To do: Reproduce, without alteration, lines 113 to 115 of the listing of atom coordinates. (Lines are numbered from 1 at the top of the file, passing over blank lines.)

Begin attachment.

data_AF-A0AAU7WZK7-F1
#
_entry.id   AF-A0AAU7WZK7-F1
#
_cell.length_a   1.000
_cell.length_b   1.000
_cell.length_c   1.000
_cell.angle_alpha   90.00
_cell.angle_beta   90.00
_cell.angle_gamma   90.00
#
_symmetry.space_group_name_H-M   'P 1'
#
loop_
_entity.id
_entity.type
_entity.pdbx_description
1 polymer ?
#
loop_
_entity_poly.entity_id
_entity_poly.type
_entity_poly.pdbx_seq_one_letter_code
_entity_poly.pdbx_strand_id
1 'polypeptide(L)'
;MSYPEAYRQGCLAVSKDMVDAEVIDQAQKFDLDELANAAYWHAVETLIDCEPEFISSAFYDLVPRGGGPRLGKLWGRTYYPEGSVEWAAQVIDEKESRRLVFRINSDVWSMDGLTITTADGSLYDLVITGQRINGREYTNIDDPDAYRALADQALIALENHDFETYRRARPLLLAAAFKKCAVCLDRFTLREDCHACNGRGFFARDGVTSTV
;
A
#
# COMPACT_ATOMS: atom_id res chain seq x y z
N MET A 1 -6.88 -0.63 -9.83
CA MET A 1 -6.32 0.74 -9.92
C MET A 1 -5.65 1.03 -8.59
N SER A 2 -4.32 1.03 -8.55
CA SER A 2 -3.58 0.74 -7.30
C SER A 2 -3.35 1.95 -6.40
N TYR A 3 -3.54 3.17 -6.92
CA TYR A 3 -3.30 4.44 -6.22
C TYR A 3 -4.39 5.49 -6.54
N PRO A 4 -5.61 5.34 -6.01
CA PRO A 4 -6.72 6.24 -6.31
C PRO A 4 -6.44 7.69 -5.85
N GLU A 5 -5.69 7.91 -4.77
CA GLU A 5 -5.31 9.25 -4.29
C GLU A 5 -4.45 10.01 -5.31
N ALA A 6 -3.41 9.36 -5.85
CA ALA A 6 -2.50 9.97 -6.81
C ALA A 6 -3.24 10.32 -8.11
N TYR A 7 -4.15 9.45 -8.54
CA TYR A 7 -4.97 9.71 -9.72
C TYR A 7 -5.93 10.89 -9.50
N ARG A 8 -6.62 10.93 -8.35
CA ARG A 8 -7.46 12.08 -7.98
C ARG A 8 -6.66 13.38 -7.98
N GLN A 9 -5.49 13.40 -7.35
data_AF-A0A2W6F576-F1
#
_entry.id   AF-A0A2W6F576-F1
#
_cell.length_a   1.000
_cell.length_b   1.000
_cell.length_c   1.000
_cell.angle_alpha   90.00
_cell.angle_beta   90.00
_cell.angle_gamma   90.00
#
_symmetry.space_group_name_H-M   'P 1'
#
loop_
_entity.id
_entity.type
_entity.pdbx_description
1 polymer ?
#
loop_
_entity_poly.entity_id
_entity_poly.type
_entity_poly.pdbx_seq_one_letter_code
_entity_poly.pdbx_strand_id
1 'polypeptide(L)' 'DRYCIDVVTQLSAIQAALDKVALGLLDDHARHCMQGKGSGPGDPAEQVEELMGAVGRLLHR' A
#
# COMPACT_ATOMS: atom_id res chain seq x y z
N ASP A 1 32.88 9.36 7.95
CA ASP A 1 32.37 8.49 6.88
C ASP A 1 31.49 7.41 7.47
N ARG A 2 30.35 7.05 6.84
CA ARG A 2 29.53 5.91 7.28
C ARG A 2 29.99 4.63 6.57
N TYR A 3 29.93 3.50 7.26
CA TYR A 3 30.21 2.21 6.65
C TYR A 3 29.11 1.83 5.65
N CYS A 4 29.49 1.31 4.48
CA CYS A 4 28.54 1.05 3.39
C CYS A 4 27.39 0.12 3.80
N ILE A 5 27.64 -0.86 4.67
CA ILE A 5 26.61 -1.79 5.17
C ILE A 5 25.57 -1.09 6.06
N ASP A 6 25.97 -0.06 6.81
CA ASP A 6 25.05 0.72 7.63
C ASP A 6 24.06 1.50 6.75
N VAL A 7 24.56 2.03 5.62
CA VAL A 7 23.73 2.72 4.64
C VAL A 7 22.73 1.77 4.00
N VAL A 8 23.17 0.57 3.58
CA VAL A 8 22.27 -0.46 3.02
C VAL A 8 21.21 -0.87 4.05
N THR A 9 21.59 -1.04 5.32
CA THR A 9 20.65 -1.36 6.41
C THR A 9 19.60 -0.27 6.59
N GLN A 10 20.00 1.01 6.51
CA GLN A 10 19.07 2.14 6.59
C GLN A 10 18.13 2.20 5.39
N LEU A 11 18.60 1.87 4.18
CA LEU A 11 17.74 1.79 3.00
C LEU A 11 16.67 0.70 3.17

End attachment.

N LEU A 11 18.60 1.87 4.18
CA LEU A 11 17.74 1.79 3.00
C LEU A 11 16.67 0.70 3.17